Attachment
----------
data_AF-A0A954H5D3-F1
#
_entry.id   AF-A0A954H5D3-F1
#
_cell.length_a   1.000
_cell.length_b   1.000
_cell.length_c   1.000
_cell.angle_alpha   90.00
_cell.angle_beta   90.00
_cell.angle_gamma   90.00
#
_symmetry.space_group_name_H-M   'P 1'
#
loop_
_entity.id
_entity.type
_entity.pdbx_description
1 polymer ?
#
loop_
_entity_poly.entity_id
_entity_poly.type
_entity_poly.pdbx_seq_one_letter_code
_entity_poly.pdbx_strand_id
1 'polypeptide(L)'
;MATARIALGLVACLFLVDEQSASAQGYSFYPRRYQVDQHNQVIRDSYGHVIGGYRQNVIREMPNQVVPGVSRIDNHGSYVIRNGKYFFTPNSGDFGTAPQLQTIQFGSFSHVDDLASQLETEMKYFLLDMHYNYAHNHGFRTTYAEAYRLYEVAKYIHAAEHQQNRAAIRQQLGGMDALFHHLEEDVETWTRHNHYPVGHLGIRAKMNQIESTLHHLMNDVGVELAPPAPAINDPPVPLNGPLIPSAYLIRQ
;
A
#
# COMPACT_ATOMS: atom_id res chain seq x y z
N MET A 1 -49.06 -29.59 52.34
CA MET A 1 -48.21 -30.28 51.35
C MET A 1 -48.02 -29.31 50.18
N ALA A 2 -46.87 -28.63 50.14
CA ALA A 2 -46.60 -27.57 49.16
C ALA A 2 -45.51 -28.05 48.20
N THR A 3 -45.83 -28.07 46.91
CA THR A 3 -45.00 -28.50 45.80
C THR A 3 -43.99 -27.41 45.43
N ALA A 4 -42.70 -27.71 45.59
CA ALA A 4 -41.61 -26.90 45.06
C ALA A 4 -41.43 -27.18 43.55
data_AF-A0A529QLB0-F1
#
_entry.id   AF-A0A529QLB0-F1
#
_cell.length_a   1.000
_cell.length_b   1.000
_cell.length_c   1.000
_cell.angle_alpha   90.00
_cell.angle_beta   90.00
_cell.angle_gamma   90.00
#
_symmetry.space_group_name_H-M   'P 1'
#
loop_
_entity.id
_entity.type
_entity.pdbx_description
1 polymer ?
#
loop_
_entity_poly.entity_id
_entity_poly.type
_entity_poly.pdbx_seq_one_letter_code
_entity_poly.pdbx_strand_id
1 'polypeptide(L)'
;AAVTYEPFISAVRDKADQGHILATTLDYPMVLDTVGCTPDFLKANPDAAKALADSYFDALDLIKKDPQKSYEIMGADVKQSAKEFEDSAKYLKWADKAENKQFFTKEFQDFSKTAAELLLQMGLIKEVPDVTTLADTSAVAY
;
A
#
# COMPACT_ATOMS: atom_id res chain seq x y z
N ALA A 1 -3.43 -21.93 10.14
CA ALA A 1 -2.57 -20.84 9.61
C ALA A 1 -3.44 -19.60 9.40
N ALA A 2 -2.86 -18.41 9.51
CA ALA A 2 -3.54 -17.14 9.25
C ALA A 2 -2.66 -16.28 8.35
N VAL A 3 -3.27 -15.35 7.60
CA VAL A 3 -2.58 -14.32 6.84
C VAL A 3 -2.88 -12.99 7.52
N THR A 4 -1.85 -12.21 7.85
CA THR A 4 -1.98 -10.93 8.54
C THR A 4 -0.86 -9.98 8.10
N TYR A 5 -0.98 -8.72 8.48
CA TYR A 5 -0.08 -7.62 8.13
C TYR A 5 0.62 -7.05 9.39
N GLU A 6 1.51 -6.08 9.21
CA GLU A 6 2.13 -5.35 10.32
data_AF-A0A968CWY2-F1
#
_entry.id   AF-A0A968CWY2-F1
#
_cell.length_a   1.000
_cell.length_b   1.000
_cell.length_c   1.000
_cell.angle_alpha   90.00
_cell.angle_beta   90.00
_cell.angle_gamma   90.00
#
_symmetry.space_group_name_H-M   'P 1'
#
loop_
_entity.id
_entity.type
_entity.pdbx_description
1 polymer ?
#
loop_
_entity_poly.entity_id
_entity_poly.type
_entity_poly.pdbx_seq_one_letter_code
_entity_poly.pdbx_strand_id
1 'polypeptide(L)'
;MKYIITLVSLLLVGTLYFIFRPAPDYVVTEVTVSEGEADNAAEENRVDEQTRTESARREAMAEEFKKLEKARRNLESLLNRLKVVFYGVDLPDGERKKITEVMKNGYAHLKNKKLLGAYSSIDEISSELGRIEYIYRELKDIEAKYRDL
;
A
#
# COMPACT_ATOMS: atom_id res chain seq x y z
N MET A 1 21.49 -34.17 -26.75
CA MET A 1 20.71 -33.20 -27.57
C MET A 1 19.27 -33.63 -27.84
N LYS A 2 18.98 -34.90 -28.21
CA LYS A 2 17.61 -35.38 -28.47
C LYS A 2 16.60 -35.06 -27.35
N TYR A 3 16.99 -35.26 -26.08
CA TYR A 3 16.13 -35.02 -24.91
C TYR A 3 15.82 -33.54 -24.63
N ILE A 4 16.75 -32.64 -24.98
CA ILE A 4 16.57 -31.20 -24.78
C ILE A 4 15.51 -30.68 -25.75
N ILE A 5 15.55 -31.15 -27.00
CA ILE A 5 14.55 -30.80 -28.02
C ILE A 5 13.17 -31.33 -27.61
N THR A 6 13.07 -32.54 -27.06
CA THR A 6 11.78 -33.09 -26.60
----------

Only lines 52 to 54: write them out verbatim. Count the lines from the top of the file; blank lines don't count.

_cell.angle_gamma   90.00
#
_symmetry.space_group_name_H-M   'P 1'